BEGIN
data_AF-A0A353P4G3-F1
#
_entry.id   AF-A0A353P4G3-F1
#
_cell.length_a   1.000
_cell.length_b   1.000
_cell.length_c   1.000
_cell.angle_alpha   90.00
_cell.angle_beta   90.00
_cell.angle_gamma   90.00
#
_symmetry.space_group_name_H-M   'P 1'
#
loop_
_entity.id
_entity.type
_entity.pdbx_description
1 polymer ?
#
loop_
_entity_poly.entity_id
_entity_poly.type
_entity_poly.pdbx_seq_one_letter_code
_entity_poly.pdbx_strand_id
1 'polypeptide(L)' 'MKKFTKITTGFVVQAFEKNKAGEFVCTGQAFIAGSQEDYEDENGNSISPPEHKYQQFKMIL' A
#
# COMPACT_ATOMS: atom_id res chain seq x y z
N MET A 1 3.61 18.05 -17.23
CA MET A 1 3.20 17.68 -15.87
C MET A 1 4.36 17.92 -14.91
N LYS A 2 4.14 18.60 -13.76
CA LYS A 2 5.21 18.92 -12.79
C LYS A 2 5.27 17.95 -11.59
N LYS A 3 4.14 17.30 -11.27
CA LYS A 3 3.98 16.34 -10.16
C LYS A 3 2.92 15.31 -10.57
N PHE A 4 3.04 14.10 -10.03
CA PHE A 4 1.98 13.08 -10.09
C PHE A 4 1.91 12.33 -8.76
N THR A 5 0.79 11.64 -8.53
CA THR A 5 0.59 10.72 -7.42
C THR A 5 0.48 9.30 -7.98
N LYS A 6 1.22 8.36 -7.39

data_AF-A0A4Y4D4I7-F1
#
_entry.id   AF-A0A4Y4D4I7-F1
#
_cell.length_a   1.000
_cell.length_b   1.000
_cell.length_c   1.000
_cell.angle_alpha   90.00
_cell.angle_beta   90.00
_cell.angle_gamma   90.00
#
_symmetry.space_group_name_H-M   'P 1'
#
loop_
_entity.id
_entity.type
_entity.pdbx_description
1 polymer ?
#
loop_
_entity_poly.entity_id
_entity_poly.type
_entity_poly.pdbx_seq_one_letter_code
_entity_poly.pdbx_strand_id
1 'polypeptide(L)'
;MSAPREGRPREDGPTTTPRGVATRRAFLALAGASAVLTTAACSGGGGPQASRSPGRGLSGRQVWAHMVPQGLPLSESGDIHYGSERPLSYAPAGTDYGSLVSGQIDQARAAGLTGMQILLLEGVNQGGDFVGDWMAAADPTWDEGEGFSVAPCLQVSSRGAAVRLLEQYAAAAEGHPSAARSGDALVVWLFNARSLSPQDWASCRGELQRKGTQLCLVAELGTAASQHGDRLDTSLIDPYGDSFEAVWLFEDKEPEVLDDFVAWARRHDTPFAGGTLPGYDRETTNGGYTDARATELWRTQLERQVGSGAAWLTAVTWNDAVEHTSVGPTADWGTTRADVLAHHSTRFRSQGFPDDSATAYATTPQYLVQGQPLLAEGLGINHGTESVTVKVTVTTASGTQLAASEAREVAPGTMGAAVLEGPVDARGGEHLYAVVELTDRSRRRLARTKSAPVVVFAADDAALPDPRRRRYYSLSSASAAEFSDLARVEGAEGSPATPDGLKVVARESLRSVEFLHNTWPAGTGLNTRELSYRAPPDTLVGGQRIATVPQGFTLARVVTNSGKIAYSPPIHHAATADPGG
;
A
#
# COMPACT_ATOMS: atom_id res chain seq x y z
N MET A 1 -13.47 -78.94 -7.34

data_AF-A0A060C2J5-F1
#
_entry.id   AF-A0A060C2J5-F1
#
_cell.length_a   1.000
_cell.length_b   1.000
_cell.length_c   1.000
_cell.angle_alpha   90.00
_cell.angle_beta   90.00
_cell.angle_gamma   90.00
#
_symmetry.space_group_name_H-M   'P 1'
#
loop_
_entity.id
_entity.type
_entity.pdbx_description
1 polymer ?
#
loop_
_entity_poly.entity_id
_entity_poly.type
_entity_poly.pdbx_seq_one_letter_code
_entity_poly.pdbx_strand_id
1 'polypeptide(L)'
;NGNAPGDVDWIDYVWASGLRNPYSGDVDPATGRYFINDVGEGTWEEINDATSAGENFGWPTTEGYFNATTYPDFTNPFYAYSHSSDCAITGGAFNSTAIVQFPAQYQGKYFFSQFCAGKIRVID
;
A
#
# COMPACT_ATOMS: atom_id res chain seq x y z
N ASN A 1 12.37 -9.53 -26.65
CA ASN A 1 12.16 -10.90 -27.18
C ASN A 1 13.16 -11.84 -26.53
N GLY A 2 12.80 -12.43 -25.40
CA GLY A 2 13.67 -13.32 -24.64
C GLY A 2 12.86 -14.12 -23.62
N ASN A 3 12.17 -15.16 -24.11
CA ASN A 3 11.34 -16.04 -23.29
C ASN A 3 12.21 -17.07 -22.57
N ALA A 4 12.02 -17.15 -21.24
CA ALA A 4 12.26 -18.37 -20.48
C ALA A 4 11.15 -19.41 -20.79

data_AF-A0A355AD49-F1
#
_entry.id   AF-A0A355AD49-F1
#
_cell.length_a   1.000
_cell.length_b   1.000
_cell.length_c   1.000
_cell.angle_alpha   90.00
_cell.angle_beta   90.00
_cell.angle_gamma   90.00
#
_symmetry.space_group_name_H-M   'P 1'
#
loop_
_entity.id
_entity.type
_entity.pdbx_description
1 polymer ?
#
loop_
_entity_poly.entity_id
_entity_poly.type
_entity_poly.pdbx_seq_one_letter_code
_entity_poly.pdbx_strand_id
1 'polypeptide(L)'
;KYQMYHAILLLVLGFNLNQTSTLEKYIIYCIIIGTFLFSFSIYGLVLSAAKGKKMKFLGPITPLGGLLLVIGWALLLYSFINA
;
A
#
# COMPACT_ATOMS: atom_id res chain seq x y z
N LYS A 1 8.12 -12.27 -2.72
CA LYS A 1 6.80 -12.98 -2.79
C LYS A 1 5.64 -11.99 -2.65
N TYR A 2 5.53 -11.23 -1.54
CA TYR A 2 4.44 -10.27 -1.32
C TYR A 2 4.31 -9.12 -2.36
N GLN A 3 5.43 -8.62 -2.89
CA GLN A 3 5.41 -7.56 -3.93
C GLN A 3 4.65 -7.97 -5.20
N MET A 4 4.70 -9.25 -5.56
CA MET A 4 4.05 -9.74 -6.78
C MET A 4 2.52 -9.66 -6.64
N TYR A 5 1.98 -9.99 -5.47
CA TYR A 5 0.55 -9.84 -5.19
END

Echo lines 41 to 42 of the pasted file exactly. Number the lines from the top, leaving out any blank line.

CA THR A 5 0.59 10.72 -7.42
C THR A 5 0.48 9.30 -7.98